Kate Rankin Photography

A year ago today I went back to work after maternity leave. It was a big deal – and anyone who has ever been wrenched from a warm womb of maternity bliss and chucked back into open plan offices, deadlines and tuna salads named ‘Kevin’ understands just what a tricky transition it can be.

I went back to work with a renewed sense of purpose and my feelings on working moms, flexi time and balancing it all are not hidden. When I went back to work I wanted to do really really well at my job, but also be a great mom. And I did, but something was missing. I wanted to find my passion project. Wine drinking aside, I never really knew what it was that drove me. They say the things you do when you’re not consciously thinking about it, is what you really love. So if I think back on my life it’s actually pretty glaringly obvious that photography has always been my thing. I am never without camera, and my favourite present of all time was a 1.2 megapixel digital camera that came free with a double mattress from Dial A Bed. Oh, bless you, growth of technology.

Taking photos for me means capturing and preserving a memory forever. I view life through the eye of a lens and to me, everything is a picture waiting to happen. When Carter was born it was the perfect opportunity to take this interest of mine, and turn it in to something more. During my maternity leave I studied and passed with a distinction a diploma in photography, and finally felt comfortable using my camera on that terrifying ‘M’ mode. Sadly, work, motherhood and the aim for the perfect-mom-bod all got in the way and I let my camera gather dust for several months. Then, a few months ago, as if the heavens were aligning, I got asked by a mutual acquaintance – Jen –  to come and do their family/newborn photo shoot. I was flattered but said no. Then she asked me again. I explained that as much as I would love to, I didn’t ‘know enough’, ‘wouldn’t be able to do it justice’, ‘was too scared’. She insisted, and I’m so glad she did, because that was what it took from me taking this from a fun hobby to something more serious.

What followed was an intensive 2 week self taught crash course in ‘how to make nice picture for dummies’ and picking the brain of photographer friends. I dosed my arse on Clair from Fraser Photography’s couch for the better part of a morning and picked her brain on newborn swaddling and ISO and drank wine with Devin from Devin Lester Photography and tried to understand the ins and outs of Lightroom. I posed teddy bears on window sills to try backlit window shots and used my sweet (not so) obliging 1 year old as a model. A friend helped me design a watermark and YouTube became my best friend. The more I learnt the more confident I l felt. I also used this time as an excuse to sign up to more diplomas and buy a lens. Any excuse for a shop. Also, I now need to start making money off this fast-becoming-expensive hobby.

When I tell people I want to go into photography I’m often met with a lot of bashing and negativity. It’s pushed me more, and I’ve had some really great people help and support me and make me believe that maybe, actually, I can.

About two hours ago I shared the newborn pics with Jen and then posted them to social media. I was shaking like a leaf. Putting it all out there meant that I was out there, that people could now actually see, crit and comment on my work.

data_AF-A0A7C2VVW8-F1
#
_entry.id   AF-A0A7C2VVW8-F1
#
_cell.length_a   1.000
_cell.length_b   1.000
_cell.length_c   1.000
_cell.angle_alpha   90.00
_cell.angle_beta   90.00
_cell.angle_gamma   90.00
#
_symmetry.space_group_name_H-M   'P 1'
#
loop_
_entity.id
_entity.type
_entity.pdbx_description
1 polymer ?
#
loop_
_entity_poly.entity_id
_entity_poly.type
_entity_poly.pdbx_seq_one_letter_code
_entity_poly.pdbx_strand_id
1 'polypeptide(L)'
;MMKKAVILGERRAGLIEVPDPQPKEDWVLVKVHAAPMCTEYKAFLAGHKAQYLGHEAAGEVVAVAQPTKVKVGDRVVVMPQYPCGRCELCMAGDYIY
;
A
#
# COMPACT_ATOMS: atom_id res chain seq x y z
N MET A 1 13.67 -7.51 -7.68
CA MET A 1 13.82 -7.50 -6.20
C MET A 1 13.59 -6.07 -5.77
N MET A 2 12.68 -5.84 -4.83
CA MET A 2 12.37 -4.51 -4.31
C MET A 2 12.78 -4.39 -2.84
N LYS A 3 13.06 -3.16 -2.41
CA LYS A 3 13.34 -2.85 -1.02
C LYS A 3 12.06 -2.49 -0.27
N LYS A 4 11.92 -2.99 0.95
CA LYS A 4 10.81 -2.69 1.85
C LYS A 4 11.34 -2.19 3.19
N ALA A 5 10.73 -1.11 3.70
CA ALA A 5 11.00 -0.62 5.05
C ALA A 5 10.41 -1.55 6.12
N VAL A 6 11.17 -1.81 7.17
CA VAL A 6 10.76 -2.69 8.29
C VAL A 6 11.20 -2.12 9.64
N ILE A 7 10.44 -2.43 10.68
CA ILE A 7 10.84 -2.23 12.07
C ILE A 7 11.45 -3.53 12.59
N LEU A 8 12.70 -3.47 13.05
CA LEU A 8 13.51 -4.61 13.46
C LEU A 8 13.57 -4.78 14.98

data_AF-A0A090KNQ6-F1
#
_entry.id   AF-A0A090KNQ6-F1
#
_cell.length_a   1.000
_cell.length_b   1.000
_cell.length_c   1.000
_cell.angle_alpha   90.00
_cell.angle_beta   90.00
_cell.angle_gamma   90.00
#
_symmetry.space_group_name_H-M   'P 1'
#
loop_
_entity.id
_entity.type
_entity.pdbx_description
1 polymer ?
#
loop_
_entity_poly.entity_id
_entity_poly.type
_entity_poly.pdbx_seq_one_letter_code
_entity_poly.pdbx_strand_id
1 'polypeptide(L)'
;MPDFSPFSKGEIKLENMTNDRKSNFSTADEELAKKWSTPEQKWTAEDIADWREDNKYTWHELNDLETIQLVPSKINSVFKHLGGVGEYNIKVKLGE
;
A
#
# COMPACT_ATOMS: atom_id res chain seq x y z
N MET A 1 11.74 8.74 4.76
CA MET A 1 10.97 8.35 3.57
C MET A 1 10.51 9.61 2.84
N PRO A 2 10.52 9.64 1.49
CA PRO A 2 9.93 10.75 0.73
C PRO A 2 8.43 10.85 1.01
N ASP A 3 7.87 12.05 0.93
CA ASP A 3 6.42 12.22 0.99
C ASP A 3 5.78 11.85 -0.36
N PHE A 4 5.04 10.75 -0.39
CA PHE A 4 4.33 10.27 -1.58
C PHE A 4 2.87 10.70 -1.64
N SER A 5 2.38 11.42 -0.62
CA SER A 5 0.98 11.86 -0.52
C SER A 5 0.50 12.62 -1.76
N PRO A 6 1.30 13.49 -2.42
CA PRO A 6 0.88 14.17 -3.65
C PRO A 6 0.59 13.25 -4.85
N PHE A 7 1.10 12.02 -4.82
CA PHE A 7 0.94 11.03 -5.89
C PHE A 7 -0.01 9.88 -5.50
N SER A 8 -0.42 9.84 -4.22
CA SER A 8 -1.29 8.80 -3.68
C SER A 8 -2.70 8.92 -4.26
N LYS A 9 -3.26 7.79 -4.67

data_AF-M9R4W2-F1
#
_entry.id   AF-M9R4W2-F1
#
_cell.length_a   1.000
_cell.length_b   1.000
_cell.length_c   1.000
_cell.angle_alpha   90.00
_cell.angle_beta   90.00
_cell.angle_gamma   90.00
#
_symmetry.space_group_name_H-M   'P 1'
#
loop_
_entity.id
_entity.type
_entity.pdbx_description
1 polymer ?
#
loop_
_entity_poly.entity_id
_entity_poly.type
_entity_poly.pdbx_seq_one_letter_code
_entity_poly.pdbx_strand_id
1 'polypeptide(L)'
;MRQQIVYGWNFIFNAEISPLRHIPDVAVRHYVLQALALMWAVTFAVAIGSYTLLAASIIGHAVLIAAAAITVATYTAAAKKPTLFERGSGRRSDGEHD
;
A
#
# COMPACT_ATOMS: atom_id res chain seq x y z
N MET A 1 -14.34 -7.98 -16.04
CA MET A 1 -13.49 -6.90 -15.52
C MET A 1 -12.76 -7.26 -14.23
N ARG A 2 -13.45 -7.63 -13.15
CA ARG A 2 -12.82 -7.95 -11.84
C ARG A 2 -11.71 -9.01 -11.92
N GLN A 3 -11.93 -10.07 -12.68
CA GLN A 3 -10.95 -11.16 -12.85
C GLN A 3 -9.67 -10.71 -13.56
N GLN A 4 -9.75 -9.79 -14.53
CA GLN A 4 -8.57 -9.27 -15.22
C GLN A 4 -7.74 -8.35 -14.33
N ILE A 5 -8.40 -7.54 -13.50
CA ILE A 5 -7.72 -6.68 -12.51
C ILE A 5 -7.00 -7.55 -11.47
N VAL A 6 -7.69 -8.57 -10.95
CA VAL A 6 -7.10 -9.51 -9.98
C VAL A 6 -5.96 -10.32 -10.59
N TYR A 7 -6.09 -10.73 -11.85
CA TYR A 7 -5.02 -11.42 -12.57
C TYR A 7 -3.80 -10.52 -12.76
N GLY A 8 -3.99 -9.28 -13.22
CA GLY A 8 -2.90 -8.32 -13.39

They say your first 10,000 photos are the worst. I’m pretty certain I’ll look back on my first few shoots in years to come, and cringe, but for now I’m so proud, and happy, and my heart feels so fulfilled.

Say hello to Kate Rankin Photography.

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10 Reasons Working Mothers Make The Most Valuable Employees

There’s something quite terrifying about going back to work after maternity leave. Despite your hardest efforts, you change a lot as a person during your time off. I tried to keep my brain busy with online courses and adult stimulation, but the change goes deeper than that. It’s an internal shift that happens with or without your permission.

When I was pregnant, I would often carpool with my bestie, Amy, to work. Coming from Fourways, and traveling into Hyde Park, means traffic, always. A stresser by nature, I hated the fact that I was spending more than 3 hours a day sitting on a congested Jan Smuts, when I could be doing something productive with my time. Amy, mom to Ben (nearly 2) would always tell me that my anxiety for things that were out of my hands (read: traffic) would diminish, if not disappear entirely when I had the baby.

She was right. Something in me has shifted, and I’ve found a backbone and will that I never knew existed. My life is no longer just mine, and going back to work means adjusting to a new kind of normal. Do I strive to succeed in the work place any less? Absolutely not, but my priorities in terms of my timings have changed. I no longer have the luxury of dawdling over a task until 6 pm. 6pm is my child’s bedtime. I now steamroll through my work in order to leave at a decent hour and make the painful commute back home, to fetch my baby from crèche.

The past two weeks, of re-learning how to adjust to a full time job, being a mom, and not losing my sanity has taught me some very important lessons. And this is why I believe that working moms make the most valuable employees**. Here’s why:

  1. We are efficient. We keep humans alive, so running a team, managing a client and getting things done comes as second nature to us. Trust me, work is a hell of a lot easier than being a stay at home mom. For any mom who raises their baby on a routine, implementing a similar routine at the office becomes second nature. Timing is everything (just ask the parent who’s been shat on when they took too long to replace the nappy.)